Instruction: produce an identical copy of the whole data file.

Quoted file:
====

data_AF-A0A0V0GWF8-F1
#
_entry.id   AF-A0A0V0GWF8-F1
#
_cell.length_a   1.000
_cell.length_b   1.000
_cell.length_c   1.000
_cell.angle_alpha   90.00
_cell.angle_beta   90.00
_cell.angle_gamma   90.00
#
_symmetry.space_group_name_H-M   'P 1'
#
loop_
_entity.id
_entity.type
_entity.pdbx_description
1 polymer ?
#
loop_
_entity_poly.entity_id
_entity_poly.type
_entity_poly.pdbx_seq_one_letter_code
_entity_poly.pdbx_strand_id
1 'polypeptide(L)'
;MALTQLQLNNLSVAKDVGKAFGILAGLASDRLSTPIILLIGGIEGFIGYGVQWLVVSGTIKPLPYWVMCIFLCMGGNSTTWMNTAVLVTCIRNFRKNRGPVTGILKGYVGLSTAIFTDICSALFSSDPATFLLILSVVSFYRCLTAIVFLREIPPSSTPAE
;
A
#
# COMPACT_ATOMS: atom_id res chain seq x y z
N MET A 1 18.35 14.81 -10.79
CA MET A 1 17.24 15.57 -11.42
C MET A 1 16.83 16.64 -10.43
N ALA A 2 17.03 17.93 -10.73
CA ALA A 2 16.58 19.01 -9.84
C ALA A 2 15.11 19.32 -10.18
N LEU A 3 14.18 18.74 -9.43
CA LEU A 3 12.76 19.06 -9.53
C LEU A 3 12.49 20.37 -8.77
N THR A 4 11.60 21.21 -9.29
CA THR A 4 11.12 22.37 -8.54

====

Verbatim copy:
data_AF-A0A0V0GWF8-F1
#
_entry.id   AF-A0A0V0GWF8-F1
#
_cell.length_a   1.000
_cell.length_b   1.000
_cell.length_c   1.000
_cell.angle_alpha   90.00
_cell.angle_beta   90.00
_cell.angle_gamma   90.00
#
_symmetry.space_group_name_H-M   'P 1'
#
loop_
_entity.id
_entity.type
_entity.pdbx_description
1 polymer ?
#
loop_
_entity_poly.entity_id
_entity_poly.type
_entity_poly.pdbx_seq_one_letter_code
_entity_poly.pdbx_strand_id
1 'polypeptide(L)'
;MALTQLQLNNLSVAKDVGKAFGILAGLASDRLSTPIILLIGGIEGFIGYGVQWLVVSGTIKPLPYWVMCIFLCMGGNSTTWMNTAVLVTCIRNFRKNRGPVTGILKGYVGLSTAIFTDICSALFSSDPATFLLILSVVSFYRCLTAIVFLREIPPSSTPAE
;
A
#
# COMPACT_ATOMS: atom_id res chain seq x y z
N MET A 1 18.35 14.81 -10.79
CA MET A 1 17.24 15.57 -11.42
C MET A 1 16.83 16.64 -10.43
N ALA A 2 17.03 17.93 -10.73
CA ALA A 2 16.58 19.01 -9.84
C ALA A 2 15.11 19.32 -10.18
N LEU A 3 14.18 18.74 -9.43
CA LEU A 3 12.76 19.06 -9.53
C LEU A 3 12.49 20.37 -8.77
N THR A 4 11.60 21.21 -9.29
CA THR A 4 11.12 22.37 -8.54